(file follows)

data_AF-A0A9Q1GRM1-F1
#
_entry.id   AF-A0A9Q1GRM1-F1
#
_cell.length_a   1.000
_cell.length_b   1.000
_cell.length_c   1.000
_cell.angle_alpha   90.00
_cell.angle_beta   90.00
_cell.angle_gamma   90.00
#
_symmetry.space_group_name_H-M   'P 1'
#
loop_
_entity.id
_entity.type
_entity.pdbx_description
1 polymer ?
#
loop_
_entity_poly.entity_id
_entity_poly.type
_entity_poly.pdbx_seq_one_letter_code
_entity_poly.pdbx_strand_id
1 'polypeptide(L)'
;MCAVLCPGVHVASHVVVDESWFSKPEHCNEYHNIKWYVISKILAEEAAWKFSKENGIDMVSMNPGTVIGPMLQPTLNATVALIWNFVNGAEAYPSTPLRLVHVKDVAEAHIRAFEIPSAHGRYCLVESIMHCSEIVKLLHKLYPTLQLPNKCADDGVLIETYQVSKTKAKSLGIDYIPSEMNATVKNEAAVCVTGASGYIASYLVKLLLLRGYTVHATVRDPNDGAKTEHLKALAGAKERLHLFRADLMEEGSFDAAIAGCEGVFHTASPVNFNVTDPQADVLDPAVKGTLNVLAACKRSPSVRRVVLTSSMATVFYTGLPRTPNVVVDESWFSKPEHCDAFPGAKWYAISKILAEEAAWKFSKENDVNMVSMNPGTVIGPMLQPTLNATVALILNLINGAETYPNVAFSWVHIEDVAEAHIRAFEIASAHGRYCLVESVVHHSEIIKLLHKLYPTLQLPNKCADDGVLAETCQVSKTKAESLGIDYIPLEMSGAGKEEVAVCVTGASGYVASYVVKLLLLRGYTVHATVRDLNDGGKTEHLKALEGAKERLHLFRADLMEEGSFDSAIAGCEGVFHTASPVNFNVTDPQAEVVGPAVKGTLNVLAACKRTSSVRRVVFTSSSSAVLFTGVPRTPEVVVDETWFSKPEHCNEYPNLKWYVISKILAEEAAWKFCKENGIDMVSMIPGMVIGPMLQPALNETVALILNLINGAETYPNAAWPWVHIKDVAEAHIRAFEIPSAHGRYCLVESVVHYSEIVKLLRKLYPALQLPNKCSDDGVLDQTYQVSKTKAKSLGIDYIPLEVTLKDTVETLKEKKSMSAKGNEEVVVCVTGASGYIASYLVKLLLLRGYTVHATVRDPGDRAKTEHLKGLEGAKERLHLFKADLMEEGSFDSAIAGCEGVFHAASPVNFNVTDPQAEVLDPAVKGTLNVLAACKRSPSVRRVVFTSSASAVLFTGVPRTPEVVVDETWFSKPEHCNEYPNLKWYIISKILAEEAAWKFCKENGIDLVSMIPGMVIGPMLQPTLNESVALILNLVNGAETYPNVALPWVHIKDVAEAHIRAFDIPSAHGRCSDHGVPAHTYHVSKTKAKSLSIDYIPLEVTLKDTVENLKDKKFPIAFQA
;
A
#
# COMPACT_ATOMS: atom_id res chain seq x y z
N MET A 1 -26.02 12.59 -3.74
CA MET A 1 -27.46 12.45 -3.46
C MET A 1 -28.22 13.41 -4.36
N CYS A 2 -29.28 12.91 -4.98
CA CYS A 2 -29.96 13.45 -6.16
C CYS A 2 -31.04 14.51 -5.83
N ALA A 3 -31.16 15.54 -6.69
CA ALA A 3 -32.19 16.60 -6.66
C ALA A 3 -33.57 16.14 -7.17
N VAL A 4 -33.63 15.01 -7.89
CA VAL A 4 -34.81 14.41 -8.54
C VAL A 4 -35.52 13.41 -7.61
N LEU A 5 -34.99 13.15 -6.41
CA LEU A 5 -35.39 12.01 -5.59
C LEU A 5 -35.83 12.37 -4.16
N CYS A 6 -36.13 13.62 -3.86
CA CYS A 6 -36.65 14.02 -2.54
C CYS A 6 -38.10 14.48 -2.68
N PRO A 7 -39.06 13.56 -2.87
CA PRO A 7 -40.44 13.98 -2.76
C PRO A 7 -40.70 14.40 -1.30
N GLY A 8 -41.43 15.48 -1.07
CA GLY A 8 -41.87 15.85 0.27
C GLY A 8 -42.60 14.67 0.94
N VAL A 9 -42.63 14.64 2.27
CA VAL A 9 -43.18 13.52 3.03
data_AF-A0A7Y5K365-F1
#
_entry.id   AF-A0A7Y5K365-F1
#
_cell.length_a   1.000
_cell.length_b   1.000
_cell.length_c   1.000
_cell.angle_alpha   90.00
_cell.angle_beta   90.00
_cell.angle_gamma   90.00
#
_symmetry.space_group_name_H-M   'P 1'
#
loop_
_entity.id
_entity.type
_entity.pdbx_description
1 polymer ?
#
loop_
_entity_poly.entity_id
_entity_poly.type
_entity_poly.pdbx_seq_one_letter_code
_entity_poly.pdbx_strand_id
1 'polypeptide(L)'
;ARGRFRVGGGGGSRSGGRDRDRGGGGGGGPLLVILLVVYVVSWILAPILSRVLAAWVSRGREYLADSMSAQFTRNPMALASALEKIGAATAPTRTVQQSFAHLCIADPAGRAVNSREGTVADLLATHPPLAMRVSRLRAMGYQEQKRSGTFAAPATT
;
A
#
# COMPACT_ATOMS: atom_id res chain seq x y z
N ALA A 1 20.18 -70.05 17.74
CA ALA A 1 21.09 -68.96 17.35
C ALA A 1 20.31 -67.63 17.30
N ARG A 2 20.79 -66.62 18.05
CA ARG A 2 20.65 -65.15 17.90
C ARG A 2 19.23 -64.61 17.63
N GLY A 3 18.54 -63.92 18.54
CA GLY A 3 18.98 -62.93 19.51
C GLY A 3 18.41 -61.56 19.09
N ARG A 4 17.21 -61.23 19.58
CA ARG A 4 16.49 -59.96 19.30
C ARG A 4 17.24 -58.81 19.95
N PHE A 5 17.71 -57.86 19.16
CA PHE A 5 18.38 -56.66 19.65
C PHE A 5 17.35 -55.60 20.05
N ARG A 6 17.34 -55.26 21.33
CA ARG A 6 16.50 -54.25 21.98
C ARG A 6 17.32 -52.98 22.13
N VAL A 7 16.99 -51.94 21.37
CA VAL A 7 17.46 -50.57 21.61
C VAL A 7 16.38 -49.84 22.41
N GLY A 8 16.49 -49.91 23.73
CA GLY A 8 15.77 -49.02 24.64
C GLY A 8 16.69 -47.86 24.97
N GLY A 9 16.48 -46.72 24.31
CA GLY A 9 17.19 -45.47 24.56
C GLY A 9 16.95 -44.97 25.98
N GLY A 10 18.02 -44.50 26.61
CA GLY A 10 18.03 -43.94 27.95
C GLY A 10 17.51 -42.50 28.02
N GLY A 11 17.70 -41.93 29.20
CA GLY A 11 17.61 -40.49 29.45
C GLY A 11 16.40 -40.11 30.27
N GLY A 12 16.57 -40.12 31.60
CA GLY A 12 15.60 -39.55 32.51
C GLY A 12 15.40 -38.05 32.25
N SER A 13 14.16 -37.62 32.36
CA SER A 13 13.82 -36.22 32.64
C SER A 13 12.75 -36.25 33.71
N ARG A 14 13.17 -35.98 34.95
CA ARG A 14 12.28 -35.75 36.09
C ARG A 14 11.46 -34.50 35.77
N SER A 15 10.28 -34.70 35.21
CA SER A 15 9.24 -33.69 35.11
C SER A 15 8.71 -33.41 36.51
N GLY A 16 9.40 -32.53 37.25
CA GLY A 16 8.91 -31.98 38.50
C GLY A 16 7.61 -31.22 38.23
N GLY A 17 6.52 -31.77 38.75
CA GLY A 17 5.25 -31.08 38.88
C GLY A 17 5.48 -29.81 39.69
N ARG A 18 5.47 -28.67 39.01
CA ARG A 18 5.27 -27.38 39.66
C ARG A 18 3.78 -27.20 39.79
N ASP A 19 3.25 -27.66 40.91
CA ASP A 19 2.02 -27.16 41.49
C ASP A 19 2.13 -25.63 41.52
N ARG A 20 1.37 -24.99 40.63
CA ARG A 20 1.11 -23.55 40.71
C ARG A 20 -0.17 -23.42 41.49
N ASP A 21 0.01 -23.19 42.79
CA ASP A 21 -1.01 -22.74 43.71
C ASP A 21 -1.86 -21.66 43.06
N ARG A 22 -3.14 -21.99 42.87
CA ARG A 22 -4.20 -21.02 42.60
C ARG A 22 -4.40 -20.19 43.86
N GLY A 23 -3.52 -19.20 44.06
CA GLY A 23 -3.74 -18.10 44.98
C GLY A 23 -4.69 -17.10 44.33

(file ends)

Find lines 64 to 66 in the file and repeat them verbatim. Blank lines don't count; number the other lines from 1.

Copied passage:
_cell.angle_alpha   90.00
_cell.angle_beta   90.00
_cell.angle_gamma   90.00